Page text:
Manufacturer's Suggested Retail Price (MSRP), also known as "sticker" price, is a recommended selling price that automakers give a new car that is above the invoice price paid by the dealer. It is a price that does not include any options that can be added to a particular car style. When shown as a range, the prices are starting MSRPs, without options, for multiple styles for that model.
This price range reflects the Kelley Blue Book Suggested Retail value for all trim levels, but not necessarily all available options.
The Kelley Blue Book Suggested Retail value represents the amount an auto dealer might ask for a specific vehicle; the actual sale price will vary. A vehicle's popularity, condition, warranty, color and local market conditions are factors involved in determining a final price. The retail value is not a trade-in or private party value.
The Suggested Retail value assumes that the vehicle has been fully reconditioned and has a clean title history. The Suggested Retail value also allows for advertising, sales commissions, insurance and other costs of doing business as a dealer. Most vehicles offered at this price have passed an inspection, and some may carry a warranty. Vehicle mileage is assumed to be normal or below normal.
Best Bets get above-average mpg, class-average or better reliability, class-average or better crash-test ratings, and our recommendation.
Expert Reviews 1 of 5
By Jim Flammang
July 6, 2005
Vehicle Overview Kia introduced a redesigned Spectra compact sedan as a late 2004 model early in the calendar year. Larger in size than its predecessor, which was also called a 2004 model, the new Spectra featured more power as well as six airbags.
The latest Spectra is built on a longer wheelbase, is 2.2 inches taller and has a wider track (the distance between the wheels). Fitted with variable valve timing, the Spectra's 2.0-liter four-cylinder develops 138 horsepower (132 hp in Super Ultra Low Emissions Vehicle form).
Three trim levels are offered: LX, EX and sport-tuned SX; the SX is new for 2005 and has similar equipment to the Spectra5 hatchback. The Spectra's basic platform is shared with the Hyundai Elantra, but the two companies share no manufacturing operations.
A Spectra5 hatchback joined the sedan body style in summer 2004 as a 2005 model. The Spectra5 is listed separately in the cars.com Research section.
Exterior With the latest Spectra, Kia promotes a sculpted appearance and a more aggressive look than many of its rivals. Large angular headlights flank the grille. Full-length body creases are meant to impart a sense of motion.
Now built on a 102.8-inch wheelbase, the Spectra is 68.3 inches wide, stands 57.9 inches tall and measures 176.4 inches long overall. Spectras have a four-wheel-independent suspension and front and rear stabilizer bars. LX and EX models have standard 15-inch tires.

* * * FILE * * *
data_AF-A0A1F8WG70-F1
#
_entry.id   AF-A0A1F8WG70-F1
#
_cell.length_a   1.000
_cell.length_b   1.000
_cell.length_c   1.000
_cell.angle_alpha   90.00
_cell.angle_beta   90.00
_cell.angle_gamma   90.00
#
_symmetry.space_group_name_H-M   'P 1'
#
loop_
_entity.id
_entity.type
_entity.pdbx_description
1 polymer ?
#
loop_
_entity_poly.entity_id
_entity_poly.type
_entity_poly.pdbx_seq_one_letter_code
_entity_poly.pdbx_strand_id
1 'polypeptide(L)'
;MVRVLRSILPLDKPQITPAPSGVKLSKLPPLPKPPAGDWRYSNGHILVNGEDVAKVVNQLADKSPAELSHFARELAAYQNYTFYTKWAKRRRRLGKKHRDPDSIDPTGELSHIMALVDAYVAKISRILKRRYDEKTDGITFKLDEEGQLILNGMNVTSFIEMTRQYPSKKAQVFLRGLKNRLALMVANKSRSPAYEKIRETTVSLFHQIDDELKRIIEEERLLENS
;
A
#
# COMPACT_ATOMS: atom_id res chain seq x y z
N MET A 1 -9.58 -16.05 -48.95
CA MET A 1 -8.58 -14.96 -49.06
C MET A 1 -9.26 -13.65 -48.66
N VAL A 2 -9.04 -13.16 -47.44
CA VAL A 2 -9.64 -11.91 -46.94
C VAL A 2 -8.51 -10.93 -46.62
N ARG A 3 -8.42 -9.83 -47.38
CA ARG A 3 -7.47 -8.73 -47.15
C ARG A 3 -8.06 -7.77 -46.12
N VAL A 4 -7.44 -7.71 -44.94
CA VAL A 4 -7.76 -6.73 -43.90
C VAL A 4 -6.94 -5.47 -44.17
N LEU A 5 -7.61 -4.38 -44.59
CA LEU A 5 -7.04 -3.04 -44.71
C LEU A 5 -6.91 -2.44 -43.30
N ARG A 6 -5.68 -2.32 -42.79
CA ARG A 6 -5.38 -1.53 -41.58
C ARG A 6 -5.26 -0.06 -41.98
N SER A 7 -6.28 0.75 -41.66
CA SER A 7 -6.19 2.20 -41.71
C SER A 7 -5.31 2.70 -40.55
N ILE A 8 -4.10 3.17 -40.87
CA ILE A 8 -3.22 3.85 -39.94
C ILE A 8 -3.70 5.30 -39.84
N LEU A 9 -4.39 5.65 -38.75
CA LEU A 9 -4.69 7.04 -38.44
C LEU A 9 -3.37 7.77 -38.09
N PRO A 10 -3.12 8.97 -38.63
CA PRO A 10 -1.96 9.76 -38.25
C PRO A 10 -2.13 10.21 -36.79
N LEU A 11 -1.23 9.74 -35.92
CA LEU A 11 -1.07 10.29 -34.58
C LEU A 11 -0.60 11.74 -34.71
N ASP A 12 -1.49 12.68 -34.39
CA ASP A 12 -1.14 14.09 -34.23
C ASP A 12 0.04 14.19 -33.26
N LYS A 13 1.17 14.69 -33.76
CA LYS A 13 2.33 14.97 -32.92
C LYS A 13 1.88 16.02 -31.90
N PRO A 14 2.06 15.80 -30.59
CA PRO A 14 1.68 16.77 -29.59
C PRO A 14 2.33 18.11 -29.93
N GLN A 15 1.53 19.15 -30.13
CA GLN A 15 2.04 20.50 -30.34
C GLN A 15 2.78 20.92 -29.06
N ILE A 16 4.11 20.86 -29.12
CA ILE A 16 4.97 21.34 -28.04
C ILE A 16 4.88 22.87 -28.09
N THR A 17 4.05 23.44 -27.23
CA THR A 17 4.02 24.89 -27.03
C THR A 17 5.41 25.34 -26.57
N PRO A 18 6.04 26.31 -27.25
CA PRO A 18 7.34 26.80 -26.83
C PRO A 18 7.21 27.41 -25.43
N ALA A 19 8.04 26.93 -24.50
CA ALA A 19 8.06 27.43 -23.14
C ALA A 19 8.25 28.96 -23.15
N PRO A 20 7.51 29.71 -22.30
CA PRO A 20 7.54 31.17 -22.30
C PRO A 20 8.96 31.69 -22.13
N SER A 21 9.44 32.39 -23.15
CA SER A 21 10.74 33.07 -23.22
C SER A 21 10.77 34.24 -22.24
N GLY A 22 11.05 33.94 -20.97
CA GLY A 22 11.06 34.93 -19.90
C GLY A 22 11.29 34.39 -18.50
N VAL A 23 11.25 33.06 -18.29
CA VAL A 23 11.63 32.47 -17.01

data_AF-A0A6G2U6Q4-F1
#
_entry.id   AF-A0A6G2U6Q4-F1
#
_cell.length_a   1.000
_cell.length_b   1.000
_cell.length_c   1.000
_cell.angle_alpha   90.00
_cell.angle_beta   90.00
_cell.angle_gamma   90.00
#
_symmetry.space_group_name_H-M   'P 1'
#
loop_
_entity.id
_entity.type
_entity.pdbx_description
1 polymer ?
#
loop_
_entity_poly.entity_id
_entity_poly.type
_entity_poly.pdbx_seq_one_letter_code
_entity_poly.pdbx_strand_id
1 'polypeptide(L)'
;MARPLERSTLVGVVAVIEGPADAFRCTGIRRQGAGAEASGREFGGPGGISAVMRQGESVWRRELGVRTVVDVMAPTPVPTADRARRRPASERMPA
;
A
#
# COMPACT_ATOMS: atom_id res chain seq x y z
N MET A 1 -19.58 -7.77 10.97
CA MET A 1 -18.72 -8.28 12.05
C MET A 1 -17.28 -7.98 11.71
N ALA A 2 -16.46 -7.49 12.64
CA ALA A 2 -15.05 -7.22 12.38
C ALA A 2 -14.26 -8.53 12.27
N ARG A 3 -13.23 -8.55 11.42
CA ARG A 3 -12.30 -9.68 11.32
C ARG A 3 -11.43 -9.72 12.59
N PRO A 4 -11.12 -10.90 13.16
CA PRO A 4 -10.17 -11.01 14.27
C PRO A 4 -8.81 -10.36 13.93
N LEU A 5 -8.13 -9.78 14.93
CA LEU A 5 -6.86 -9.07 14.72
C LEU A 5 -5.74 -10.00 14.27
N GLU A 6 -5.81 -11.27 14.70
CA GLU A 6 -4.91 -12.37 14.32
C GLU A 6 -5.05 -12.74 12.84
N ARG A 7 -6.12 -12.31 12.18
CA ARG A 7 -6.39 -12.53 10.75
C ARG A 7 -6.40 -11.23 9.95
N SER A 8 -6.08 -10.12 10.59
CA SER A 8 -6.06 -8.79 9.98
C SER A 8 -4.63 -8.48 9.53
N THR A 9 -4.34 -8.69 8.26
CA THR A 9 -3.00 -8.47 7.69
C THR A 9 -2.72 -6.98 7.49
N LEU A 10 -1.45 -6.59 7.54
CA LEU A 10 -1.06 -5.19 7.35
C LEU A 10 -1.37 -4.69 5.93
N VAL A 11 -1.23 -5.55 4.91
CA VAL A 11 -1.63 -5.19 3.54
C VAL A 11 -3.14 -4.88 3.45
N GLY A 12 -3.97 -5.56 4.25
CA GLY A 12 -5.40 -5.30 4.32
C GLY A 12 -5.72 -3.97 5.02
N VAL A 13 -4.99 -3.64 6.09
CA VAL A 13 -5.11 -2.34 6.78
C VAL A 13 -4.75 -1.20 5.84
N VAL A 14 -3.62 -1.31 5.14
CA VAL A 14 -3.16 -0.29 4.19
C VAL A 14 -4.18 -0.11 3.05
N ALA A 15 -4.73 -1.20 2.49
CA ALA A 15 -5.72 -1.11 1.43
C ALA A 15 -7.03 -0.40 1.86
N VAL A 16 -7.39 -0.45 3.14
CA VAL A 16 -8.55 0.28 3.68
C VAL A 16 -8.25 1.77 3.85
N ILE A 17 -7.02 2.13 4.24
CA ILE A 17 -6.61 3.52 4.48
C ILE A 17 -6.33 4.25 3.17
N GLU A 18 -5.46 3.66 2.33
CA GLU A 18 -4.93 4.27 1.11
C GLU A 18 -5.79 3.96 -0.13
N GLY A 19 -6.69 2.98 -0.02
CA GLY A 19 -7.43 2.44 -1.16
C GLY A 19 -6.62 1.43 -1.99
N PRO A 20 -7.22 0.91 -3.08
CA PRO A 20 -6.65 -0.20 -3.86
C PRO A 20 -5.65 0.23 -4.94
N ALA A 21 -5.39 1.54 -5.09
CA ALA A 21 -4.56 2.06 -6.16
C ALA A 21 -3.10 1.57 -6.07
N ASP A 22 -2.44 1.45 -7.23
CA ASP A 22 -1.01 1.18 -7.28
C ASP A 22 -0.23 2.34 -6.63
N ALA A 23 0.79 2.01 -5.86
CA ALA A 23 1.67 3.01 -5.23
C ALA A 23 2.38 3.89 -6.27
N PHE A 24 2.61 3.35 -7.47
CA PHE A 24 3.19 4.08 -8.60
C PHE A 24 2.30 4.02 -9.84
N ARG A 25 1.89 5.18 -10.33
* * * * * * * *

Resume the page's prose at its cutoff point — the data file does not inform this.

A sport-tuned suspension with 16-inch wheels is used on the Spectra SX sedan. The installation of a strut tower bar yields a stiffer chassis and is said to improve handling. Design touches on the SX include a rear spoiler and fog lamps.
Interior Each Spectra sedan holds up to five occupants on front bucket seats and a 60/40-split folding backseat. Trunk space totals 12.2 cubic feet.
Air conditioning, power windows and locks, remote keyless entry and heated power mirrors are included in the EX sedan. Extra features in the SX sedan include a perforated leather-wrapped steering wheel and gearshift knob, sport fabric upholstery and metal-finish trim.
Under the Hood The Spectra's 138-hp, 2.0-liter four-cylinder teams with a standard five-speed manual or an optional four-speed-automatic transmission. In five states, Spectras equipped with the automatic gearbox have an environmentally friendly SULEV rating, but that engine is rated at 132 hp.
Safety Antilock brakes are optional on upper-end models. Seat-mounted side-impact airbags and side curtain-type airbags are standard.
Driving Impressions Similar to import-brand models of earlier times, the Spectra steers with a pleasantly light touch and maneuvers smartly. This is a generally enjoyable car that exhibits no more body lean than other sedans in its league, but it lacks a feeling of tight control. The tires aren't likely to squeal when cornering, though you might notice a tendency to "plow" through curves. On most surfaces, the ride is satisfyingly smooth. The SX sedan is tauter, with no penalty in ride comfort.
Acceleration is a bit better than adequate with an automatic transmission, but when you try to pass you're likely to get a lot more blare than acceleration. Kia's easy-shifting manual gearbox works with little effort and helps extract the most power from the engine.
The seat bottoms are short. Cushioning feels adequate but not abundant. You get plenty of headroom, elbowroom and legroom. Scalloped front seatbacks help give backseat riders more knee room than some small cars offer, and the easy-loading trunk is relatively large.